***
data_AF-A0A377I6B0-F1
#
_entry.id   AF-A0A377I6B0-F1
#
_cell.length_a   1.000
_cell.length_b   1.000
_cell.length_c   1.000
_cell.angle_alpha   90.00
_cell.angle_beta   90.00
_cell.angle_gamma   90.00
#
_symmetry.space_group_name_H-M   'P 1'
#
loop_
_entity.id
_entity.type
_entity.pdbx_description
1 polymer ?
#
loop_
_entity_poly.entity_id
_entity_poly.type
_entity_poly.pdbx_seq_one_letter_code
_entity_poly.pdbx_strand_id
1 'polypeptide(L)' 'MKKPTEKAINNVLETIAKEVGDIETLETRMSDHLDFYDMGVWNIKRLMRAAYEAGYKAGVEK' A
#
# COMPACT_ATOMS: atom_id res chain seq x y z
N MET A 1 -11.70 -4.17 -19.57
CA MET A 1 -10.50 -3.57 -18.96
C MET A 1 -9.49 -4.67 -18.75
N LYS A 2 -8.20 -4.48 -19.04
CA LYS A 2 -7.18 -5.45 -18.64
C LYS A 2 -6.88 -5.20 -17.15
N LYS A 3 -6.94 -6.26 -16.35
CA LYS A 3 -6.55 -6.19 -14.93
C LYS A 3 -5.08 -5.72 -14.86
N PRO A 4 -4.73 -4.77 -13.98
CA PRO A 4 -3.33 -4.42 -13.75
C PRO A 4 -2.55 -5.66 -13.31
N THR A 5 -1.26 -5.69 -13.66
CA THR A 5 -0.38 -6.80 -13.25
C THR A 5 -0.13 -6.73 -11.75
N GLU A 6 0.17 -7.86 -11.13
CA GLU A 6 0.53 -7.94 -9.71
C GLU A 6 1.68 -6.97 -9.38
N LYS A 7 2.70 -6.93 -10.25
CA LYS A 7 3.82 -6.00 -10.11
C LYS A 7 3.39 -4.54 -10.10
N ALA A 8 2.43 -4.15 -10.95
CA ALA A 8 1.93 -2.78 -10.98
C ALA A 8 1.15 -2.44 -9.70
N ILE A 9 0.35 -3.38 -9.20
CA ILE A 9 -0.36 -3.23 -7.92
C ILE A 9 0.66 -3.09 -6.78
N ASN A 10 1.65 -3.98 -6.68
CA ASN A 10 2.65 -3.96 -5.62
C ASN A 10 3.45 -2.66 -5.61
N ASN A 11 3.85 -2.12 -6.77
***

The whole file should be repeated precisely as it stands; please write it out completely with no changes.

data_AF-A0A377I6B0-F1
#
_entry.id   AF-A0A377I6B0-F1
#
_cell.length_a   1.000
_cell.length_b   1.000
_cell.length_c   1.000
_cell.angle_alpha   90.00
_cell.angle_beta   90.00
_cell.angle_gamma   90.00
#
_symmetry.space_group_name_H-M   'P 1'
#
loop_
_entity.id
_entity.type
_entity.pdbx_description
1 polymer ?
#
loop_
_entity_poly.entity_id
_entity_poly.type
_entity_poly.pdbx_seq_one_letter_code
_entity_poly.pdbx_strand_id
1 'polypeptide(L)' 'MKKPTEKAINNVLETIAKEVGDIETLETRMSDHLDFYDMGVWNIKRLMRAAYEAGYKAGVEK' A
#
# COMPACT_ATOMS: atom_id res chain seq x y z
N MET A 1 -11.70 -4.17 -19.57
CA MET A 1 -10.50 -3.57 -18.96
C MET A 1 -9.49 -4.67 -18.75
N LYS A 2 -8.20 -4.48 -19.04
CA LYS A 2 -7.18 -5.45 -18.64
C LYS A 2 -6.88 -5.20 -17.15
N LYS A 3 -6.94 -6.26 -16.35
CA LYS A 3 -6.55 -6.19 -14.93
C LYS A 3 -5.08 -5.72 -14.86
N PRO A 4 -4.73 -4.77 -13.98
CA PRO A 4 -3.33 -4.42 -13.75
C PRO A 4 -2.55 -5.66 -13.31
N THR A 5 -1.26 -5.69 -13.66
CA THR A 5 -0.38 -6.80 -13.25
C THR A 5 -0.13 -6.73 -11.75
N GLU A 6 0.17 -7.86 -11.13
CA GLU A 6 0.53 -7.94 -9.71
C GLU A 6 1.68 -6.97 -9.38
N LYS A 7 2.70 -6.93 -10.25
CA LYS A 7 3.82 -6.00 -10.11
C LYS A 7 3.39 -4.54 -10.10
N ALA A 8 2.43 -4.15 -10.95
CA ALA A 8 1.93 -2.78 -10.98
C ALA A 8 1.15 -2.44 -9.70
N ILE A 9 0.35 -3.38 -9.20
CA ILE A 9 -0.36 -3.23 -7.92
C ILE A 9 0.66 -3.09 -6.78
N ASN A 10 1.65 -3.98 -6.68
CA ASN A 10 2.65 -3.96 -5.62
C ASN A 10 3.45 -2.66 -5.61
N ASN A 11 3.85 -2.12 -6.77